GSI agrees that a meritorious defense must be shown but says that the other requirement is whether the petitioner has been diligent or has a reasonable excuse for the lack of diligence. At least with default judgments, however, this is the same as requiring the petitioner to show "that the judgment was entered originally due to mistake or unavoidable inadvertence," for section 2-1401 is intended to present information dehors the record that would have prevented entry of the judgment complained of (Hogan & Farwell, Inc. v. Meitz (1976), 45 Ill. App.3d 216, 359 N.E.2d 740). Thus, a party relying on section 2-1401 "is not entitled to relief `unless he shows that through no fault or negligence of his own, the error of fact or the existence of a valid defense was not made to appear to the trial court.' (Brockmeyer v. Duncan, 18 Ill.2d 502, 505.)" Brunswick v. Mandel (1974), 59 Ill.2d 502, 504, 322 N.E.2d 25, 27.
As the trial judge noted, Cummins' letter to Swiney explicitly instructed GSI to answer the complaint if the dispute was not settled by August 1, 1979. GSI did nothing. A party must follow his case, and section 2-1401 will not save a party from his or his lawyer's fault or negligence. (Esczuk v. Chicago Transit Authority (1968), 39 Ill.2d 464, 236 N.E.2d 719; Brockmeyer v. Duncan (1960), 18 Ill.2d 502, 165 N.E.2d 294.) In view of Cummins' instructive letter, GSI's fault in not appearing and answering the complaint is particularly apparent. GSI offers no excuse except Swiney's impression from his conversation with Cummins June 25, 1979, that the plaintiff would talk with GSI again before seeking judgment. Cummins' letter, which GSI submitted to support its petition, does not say who would initiate settlement discussion.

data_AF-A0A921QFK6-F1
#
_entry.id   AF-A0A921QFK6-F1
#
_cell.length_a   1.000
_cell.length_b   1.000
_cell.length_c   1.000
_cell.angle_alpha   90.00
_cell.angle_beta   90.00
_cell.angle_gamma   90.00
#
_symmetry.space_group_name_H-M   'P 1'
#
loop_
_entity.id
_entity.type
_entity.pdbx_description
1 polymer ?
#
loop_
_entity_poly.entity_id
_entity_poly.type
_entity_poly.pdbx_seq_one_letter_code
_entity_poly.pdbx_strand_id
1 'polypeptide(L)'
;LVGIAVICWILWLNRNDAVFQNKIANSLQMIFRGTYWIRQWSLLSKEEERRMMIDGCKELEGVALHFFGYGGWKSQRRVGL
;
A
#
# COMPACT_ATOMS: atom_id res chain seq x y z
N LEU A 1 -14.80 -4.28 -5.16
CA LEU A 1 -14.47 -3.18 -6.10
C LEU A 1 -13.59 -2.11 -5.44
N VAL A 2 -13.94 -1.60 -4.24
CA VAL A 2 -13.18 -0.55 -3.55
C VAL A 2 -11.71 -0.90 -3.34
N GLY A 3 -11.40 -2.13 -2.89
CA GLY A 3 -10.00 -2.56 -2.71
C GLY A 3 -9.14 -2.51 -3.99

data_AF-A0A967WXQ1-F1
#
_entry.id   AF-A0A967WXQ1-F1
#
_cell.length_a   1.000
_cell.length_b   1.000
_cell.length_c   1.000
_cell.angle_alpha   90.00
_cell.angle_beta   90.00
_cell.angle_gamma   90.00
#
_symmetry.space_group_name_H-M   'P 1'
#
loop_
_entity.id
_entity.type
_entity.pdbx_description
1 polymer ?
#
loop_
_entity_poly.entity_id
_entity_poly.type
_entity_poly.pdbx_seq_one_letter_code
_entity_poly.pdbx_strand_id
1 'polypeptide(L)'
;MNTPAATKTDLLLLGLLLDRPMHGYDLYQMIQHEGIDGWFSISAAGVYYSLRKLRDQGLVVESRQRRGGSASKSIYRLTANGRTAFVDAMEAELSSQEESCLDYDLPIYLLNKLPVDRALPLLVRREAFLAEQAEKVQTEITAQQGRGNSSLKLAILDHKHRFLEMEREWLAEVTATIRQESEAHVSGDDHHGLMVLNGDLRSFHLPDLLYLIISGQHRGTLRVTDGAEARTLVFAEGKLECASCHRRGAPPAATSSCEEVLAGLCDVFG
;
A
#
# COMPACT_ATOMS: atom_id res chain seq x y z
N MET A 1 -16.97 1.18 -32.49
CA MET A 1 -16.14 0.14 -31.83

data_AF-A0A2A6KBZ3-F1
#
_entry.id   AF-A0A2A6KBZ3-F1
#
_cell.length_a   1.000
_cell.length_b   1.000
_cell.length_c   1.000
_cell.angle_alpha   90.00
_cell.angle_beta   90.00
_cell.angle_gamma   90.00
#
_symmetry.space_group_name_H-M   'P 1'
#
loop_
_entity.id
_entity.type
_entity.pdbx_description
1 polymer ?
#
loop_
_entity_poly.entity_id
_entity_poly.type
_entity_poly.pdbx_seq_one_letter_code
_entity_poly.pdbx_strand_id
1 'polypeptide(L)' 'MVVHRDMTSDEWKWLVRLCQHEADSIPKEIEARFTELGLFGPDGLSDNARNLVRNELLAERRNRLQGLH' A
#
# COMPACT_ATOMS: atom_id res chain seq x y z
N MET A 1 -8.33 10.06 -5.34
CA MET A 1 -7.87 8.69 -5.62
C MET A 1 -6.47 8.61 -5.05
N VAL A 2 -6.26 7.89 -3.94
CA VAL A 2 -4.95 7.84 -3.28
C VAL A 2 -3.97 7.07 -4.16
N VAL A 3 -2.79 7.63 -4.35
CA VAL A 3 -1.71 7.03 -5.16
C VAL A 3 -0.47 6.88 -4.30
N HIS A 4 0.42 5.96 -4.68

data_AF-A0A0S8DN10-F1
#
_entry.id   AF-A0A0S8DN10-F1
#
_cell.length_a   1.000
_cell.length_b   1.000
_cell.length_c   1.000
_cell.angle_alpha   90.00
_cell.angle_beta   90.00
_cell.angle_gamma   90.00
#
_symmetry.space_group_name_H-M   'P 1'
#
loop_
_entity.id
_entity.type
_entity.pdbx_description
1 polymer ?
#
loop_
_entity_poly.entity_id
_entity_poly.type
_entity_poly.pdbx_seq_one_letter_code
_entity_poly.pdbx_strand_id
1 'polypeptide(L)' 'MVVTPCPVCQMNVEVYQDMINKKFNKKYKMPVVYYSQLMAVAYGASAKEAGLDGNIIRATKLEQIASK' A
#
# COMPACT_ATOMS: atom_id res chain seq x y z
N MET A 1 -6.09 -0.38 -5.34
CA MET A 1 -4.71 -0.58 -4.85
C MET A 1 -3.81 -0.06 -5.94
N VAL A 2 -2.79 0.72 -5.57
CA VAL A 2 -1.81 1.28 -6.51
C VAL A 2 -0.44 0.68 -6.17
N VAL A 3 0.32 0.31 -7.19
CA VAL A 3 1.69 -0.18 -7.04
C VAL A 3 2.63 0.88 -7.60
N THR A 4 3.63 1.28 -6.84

• 3 The requirement of diligence in presenting the defense in the original or underlying action is relaxed or ignored when the prevailing party has acted unfairly or unconscionably in obtaining its favorable judgment. (In re Marriage of Lorenzi (1980), 84 Ill. App.3d 427, 405 N.E.2d 507; Gary Acceptance Corp. v. Napilillo (1967), 86 Ill. App.2d 257, 230 N.E.2d 73.) GSI argues that the plaintiff has acted unfairly by waiting more than 30 days after judgment to collect the award, which has been construed as "cast[ing] a `cloud' upon the proceedings" (Manny Cab Co. v. McNeil Teaming Co. (1975), 28 Ill. App.3d 1014, 1020, 329 N.E.2d 376, 380).
In Elfman v. Evanston Bus Co. (1963), 27 Ill.2d 609, 190 N.E.2d 348, the section 2-1401 petitioner alleged that the prevailing party deliberately waited until June 20, 1960, to execute a default judgment entered May 18, 1960, so that the petitioner would not know about the default in the 30-day period after judgment. The supreme court decided that relief was proper for several reasons and said:
"While not completely controlling or conclusive, further casting a cloud on the proceedings was the conduct of plaintiff in delaying execution until after 30 days from judgment had expired, [citations] and [an ...